Which breakfast cereals are healthy for children (and their parents)?

Breakfast cereal is a swear word in my house. When my Dad comes to stay he has 5 different types of cereal that he religiously mixes before serving himself up the biggest bowl you’ve ever seen. Ask any nutritionist about their views on cereal and they will huff and puff and get on their ‘cereal’ box!!

For good reason though. For far too long we’ve been tricked in to believing that cereal constitutes a good start to the day with its tempting marketing, seal of approval by the Queen, pictures of our finest sporting heroes and extra added nutrients – they do not tell you that they’ve had to add back in the nutrients they originally took out during the processing!

Now I hear you shouting at me, what are we supposed to eat and I don’t have time for anything else and are there any cereals that are any good and can my children still eat their favourite one????

So here is my guide to breakfast………………

Understanding the food label

Before you look at the food label you need to understand that a teaspoon of sugar is 5g. Ideally we do not want our children having more than 5 teaspoons a day or 25g.

Turn to your cereal packet and look for the nutrition table. You will see two sections. One tells you how much nutrition per 100g and then other per serving.

On cereal packets, the serving size is 30g. Have you ever actually measured out 30g, its ridiculously small? My Dad must have 100g in his bowl, it’s so big!!! (and yes I’ve tried to tell him)

On the nutrition label you will see a carbohydrate of which sugars section. This is the one you need to ascertain how much sugar is in there.

To give you an idea a nutritionist would say that 10g per 100g is A LOT.

The government would say that 22.5g of sugar is high although interestingly until 2014 the figure used to 15g. They increased the amount with absolutely no explanation or reasoning – no wonder Jamie Oliver is banging his head against the wall.

So ideally you want to be looking for cereals that contain less than 10g of sugar per 100g.

The average amount of sugar in a child’s serving of the most popular breakfast cereals is 2 teaspoons, that’s before you add anything else. Totally disgusting.

To put that in to context porridge has 1g per 100g od sugar and cocao pops has 35g per 100g. A cereal that might surprise you is Special K, always considered to be the dieters’ choice but this comes in at 17g!

Are any cereals good?

The only cereals I can recommend are:

  • Shredded Wheat
  • Weetabix
  • Oatibix
  • Ready Brek – original – although you are still better off with Scottish rolled oats
  • Oats so simple – original – same as above
  • Dorset Cereal Simply Nutty Muesli
  • Rude Health Puffed Rice

There may be some others but because there are so many you need to check the labels for yourself if you are unsure.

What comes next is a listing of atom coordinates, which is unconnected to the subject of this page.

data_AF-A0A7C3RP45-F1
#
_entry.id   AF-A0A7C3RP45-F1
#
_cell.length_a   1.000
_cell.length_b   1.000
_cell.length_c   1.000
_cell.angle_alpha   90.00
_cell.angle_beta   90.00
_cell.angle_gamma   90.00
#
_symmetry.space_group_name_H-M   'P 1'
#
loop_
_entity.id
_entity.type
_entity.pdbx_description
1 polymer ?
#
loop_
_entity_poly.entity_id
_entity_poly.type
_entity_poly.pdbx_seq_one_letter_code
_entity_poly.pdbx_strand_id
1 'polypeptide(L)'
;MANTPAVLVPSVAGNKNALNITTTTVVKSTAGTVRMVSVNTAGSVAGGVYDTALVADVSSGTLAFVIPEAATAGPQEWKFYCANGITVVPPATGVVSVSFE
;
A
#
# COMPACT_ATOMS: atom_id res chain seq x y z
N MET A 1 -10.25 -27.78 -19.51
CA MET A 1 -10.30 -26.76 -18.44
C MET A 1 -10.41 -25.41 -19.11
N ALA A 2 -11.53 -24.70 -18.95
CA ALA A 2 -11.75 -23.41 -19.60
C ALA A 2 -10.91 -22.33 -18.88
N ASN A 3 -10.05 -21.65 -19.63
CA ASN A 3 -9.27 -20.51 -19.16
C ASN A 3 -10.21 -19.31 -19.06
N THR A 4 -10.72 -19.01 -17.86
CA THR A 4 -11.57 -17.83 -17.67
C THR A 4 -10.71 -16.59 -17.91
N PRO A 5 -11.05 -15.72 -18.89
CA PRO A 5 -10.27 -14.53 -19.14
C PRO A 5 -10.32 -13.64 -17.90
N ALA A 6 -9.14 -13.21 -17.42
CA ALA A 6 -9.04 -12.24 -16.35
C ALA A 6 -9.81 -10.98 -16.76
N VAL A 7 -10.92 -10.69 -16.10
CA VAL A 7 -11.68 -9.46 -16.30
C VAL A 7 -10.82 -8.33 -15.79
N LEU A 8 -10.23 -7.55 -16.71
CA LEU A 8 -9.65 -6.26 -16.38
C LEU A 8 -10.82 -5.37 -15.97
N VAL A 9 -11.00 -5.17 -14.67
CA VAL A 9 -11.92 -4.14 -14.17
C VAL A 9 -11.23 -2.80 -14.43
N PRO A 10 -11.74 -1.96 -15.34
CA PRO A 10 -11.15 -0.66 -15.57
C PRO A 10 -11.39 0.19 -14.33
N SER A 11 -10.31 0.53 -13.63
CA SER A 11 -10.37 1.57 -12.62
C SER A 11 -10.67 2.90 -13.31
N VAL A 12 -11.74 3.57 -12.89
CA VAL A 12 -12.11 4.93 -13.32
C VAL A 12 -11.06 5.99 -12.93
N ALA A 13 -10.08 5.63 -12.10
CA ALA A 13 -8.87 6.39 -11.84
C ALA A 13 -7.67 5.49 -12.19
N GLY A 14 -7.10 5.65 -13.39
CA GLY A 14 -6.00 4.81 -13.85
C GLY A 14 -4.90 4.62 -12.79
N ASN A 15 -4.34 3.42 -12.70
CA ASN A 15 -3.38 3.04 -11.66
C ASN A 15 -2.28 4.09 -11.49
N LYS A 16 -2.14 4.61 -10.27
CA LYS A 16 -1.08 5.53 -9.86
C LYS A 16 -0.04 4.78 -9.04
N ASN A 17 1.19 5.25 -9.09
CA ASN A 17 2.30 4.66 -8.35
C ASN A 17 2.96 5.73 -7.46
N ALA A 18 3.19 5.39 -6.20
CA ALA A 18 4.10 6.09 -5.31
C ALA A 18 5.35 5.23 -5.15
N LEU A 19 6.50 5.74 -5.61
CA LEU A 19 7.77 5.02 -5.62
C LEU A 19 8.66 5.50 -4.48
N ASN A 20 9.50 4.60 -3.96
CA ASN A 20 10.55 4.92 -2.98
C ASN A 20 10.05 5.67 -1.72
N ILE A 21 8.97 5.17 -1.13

What’s the alternative?

In my house we avoid cereals for the vast majority of the time and my two children aged 4 years and 7 years will have the choice of these breakfasts:

  1. Banana pancakes
  2. Porridge
  3. Eggs done many ways with wholegrain bread/toast
  4. Toast with no added sugar peanut butter or cashew nut butter
  5. Pancakes, homemade healthy recipe
  6. Breakfast muffin, homemade healthy recipe
  7. Bircher muesli, homemade healthy recipe
  8. Frittata – omelette
  9. Granola, homemade healthy recipe
  10. Cooked English breakfast


This link has a table of many cereals giving their sugar and salt content coloured green, amber or red. It was done in 2012 but is still a really good indication.

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  1. Joanna on September 2, 2016 at 10:32 pm

    Really interesting read, I always feel cereal is bad and try and stick to porridge and weetabix but it’s hard as the kids, especially my older ones, want the brands. I also do eggs but feel pancakes and muffins would be exciting for them, like they are getting a treat! I would welcome recipes for your breakfasts at home to try with my kids!

  2. Jo on January 4, 2017 at 2:36 am

    What a clear and brilliantly written article. I usually am left confused and baffled how to take nutritional advice into practice. I have printed this for my pinbard, for reference and ideas.

  3. Ross Krebs on July 19, 2018 at 9:15 am

    Offering better food choices to your child is important. Many years ago the message might have been “eat breakfast,” but that was before so many heavily processed foods with minimal nutritional benefits were available. (Remember when breakfast foods were eggs and toast, or plain oatmeal cooked on the stove, or a bowl of unsweetened cold cereal with milk?)

    Allowing children to eat many of the processed foods marketed for breakfast contributes to a diet that is high in sugar, sodium, and fat, and relatively low in fiber, which can lead to obesity and type 2 diabetes.

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